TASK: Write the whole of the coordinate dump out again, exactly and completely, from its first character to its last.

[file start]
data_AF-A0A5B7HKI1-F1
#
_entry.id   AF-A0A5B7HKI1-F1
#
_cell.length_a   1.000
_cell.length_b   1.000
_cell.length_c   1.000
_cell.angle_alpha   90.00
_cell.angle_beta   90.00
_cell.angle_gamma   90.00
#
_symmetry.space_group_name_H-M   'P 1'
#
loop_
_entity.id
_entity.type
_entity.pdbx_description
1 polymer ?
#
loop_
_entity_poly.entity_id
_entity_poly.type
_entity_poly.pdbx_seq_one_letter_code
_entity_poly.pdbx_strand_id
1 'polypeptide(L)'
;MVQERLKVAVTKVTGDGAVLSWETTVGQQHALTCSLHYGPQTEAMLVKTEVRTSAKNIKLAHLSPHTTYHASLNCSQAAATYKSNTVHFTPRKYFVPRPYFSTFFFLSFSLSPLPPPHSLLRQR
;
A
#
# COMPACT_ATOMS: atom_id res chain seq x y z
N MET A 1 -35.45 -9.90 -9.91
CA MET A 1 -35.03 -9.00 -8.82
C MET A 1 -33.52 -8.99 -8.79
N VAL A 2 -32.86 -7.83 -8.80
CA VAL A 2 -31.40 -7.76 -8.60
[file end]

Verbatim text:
data_AF-A0A5B7HKI1-F1
#
_entry.id   AF-A0A5B7HKI1-F1
#
_cell.length_a   1.000
_cell.length_b   1.000
_cell.length_c   1.000
_cell.angle_alpha   90.00
_cell.angle_beta   90.00
_cell.angle_gamma   90.00
#
_symmetry.space_group_name_H-M   'P 1'
#
loop_
_entity.id
_entity.type
_entity.pdbx_description
1 polymer ?
#
loop_
_entity_poly.entity_id
_entity_poly.type
_entity_poly.pdbx_seq_one_letter_code
_entity_poly.pdbx_strand_id
1 'polypeptide(L)'
;MVQERLKVAVTKVTGDGAVLSWETTVGQQHALTCSLHYGPQTEAMLVKTEVRTSAKNIKLAHLSPHTTYHASLNCSQAAATYKSNTVHFTPRKYFVPRPYFSTFFFLSFSLSPLPPPHSLLRQR
;
A
#
# COMPACT_ATOMS: atom_id res chain seq x y z
N MET A 1 -35.45 -9.90 -9.91
CA MET A 1 -35.03 -9.00 -8.82
C MET A 1 -33.52 -8.99 -8.79
N VAL A 2 -32.86 -7.83 -8.80
CA VAL A 2 -31.40 -7.76 -8.60